JNU committed to freedom of thought, critical thinking: VC
Saraswat delivered the convocation address and conferred the doctoral degrees on the graduands. He congratulated all the graduands and called them the "future of the country" and advised them to use their capabilities to serve the society and take the nation forward.
"JNU is generally perceived as a training ground for intellectual politicians and for a meaningful life in the Indian bureaucracy as much as the beginning of life in research and academics. It has produced some of the finest mindsets, politicians and bureaucrats and researchers like Muzaffar Alam, Alok Bhattacharya, S Jaishankar, Nirmala Sitharaman, Sitaram Yechury and so on," Saraswat said.
He told the students that "service to society is more important as compared to your personal achievements" and he urged them to "be humble" in learning from their colleagues.
He also encouraged the students to inculcate an "Olympian spirit" of competitiveness and said, "Let us all live for the growth of our nation and the welfare of our countrymen."
"The best ideas are born when minds are allowed to roam free and think critically. JNU is committed to this freedom of thought and critical thinking with an emphasis on our fundamental responsibilities," Kumar said.
JNU should strive towards advocating the voice and aspirations of 1.3 billion Indians who would like to "see our country become stronger, remain inclusive and united on the foundations laid down by our ancient civilization", he added.
The event was not without controversy as a Ph.D. scholar today did not shake hands with Kumar at the ceremony in protest against, what he termed as, his "role in negating the idea of the varsity being an inclusive campus".
Anoop Patel, who did a comparative study on India's Reservation Policy and South Africa's Affirmative Action for his doctorate, attended the convocation ceremony but when Kumar acknowledged him and wanted to shake hands, he did not reciprocate.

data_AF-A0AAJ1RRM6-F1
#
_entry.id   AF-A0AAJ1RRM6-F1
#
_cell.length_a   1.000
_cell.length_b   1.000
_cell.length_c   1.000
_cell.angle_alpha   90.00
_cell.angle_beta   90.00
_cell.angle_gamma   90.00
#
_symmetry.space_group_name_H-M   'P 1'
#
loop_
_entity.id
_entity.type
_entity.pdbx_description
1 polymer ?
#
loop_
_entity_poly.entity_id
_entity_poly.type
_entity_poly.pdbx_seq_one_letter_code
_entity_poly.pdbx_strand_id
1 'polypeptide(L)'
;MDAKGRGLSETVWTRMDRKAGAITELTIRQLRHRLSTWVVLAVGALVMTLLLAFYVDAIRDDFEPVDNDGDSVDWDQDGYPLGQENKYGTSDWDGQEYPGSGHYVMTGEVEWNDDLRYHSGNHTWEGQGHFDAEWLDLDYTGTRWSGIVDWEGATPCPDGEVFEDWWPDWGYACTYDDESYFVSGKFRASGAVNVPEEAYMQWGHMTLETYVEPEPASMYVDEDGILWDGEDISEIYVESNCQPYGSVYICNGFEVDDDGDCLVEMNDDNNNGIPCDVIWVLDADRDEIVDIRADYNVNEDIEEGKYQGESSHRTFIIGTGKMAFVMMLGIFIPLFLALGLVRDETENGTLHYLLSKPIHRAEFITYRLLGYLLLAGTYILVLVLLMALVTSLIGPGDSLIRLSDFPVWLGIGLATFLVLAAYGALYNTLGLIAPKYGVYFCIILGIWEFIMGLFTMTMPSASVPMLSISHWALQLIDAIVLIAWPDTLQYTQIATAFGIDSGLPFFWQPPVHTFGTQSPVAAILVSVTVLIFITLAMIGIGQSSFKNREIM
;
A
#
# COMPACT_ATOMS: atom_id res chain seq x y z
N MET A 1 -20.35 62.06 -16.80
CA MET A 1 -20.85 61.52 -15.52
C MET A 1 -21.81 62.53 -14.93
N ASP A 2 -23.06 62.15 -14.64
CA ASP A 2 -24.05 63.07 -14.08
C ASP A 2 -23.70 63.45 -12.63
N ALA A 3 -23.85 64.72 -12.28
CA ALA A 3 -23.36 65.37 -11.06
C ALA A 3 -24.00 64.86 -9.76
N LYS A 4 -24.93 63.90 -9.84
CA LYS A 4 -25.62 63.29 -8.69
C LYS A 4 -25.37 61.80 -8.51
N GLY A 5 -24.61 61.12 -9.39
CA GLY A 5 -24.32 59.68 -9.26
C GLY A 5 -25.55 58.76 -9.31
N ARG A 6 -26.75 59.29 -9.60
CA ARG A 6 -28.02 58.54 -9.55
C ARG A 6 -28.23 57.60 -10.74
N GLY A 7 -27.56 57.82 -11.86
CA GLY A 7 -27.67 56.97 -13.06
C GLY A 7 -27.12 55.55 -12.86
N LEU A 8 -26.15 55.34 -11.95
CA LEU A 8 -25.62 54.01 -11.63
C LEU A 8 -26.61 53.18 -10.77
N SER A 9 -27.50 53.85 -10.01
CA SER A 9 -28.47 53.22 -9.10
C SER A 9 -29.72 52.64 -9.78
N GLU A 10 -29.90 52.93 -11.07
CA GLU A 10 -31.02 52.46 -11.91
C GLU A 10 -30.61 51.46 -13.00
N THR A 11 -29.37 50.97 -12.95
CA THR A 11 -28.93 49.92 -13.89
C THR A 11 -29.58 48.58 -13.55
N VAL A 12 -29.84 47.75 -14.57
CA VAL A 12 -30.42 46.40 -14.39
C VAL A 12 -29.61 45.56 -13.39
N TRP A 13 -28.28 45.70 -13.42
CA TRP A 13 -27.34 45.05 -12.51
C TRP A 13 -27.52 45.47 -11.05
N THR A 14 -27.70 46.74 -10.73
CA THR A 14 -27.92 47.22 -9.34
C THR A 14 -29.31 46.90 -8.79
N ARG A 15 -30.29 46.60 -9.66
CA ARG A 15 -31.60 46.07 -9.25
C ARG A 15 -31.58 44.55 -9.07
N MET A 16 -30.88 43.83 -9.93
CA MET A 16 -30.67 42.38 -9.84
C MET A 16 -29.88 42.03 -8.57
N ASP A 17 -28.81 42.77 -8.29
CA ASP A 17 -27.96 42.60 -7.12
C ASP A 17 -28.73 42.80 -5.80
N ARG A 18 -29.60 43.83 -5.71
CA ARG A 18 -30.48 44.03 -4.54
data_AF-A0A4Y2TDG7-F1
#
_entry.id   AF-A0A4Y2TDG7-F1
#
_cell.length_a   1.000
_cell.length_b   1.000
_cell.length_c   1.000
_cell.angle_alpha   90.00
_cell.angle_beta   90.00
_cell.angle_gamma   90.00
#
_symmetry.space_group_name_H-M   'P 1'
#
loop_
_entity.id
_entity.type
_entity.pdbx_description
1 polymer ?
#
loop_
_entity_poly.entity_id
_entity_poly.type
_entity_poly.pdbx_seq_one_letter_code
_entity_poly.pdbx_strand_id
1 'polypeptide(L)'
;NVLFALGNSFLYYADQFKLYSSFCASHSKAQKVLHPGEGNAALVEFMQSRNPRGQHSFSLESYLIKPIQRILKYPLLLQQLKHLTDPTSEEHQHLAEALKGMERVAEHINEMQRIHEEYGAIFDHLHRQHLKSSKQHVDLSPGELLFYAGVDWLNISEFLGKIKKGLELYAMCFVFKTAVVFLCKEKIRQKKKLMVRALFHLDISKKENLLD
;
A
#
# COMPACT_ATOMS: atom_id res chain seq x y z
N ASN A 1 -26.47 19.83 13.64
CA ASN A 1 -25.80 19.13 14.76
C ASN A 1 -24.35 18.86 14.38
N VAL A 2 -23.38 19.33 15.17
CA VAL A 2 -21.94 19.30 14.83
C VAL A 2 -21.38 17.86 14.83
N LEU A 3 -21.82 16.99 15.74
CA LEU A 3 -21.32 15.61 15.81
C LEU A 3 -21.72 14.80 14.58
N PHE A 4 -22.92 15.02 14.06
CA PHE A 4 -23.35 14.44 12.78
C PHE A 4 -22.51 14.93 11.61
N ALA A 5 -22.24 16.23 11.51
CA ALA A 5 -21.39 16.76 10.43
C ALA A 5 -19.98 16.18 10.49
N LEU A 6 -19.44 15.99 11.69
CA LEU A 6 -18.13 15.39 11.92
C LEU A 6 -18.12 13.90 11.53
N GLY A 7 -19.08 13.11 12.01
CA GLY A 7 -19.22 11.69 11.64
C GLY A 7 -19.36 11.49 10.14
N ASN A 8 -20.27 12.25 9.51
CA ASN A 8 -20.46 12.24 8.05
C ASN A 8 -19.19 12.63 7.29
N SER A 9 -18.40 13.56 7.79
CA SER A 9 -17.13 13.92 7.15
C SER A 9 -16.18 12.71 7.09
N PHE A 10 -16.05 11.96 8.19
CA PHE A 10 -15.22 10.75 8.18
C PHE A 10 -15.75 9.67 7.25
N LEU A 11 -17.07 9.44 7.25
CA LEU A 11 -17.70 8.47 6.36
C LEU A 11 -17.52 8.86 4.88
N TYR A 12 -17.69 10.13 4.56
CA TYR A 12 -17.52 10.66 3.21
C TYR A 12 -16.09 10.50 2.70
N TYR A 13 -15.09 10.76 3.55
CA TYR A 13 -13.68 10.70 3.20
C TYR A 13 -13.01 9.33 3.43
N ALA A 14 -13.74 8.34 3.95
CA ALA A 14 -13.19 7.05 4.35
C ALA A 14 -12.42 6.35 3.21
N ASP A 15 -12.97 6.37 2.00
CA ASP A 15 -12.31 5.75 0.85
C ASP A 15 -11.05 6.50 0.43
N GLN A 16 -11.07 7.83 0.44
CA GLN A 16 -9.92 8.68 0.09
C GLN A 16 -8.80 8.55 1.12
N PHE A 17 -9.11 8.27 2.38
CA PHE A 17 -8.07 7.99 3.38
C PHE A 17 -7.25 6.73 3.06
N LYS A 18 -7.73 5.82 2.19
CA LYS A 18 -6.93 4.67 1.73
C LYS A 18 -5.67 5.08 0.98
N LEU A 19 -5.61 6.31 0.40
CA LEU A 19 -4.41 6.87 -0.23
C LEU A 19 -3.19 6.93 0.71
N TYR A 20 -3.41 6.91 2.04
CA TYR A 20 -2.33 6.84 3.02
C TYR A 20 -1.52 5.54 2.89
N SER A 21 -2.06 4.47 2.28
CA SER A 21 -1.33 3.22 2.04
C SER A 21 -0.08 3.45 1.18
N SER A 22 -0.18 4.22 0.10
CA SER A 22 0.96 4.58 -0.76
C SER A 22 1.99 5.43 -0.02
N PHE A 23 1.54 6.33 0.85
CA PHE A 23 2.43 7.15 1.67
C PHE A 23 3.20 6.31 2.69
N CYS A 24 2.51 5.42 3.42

There were heartwarming stories as well, like that of Vishnu Swaroop Saksena, who became a Ph.D. scholar at 78 and got the loudest applause from the audience.
"In 1972, at the time of the first convocation, our VC was G Parthasarthi, who was a famous diplomat and was close to Nehru. He thought given JNU's radicalism, he would ask Balraj Sahni to speak because Sahni was pro-Left," recalled JNU professor Kamal Mitra Chenoy, who was a student at that time.
Koshy was the students' union president and Prakash Karat, who became the student's union president the next year, asked the then VC why should the students' union president not get to speak when Balraj Sahni did, he said.
"Sahni made a Left-liberal speech and talked of Lenin and everything but Koshy basically read out the CPI(M) programme, which had references to "bourgeoisie-landlord regime," Chenoy recalled.
"Then the convocation was discontinued," the professor added.
(This story has not been edited by Devdiscourse staff and is auto-generated from a syndicated feed.)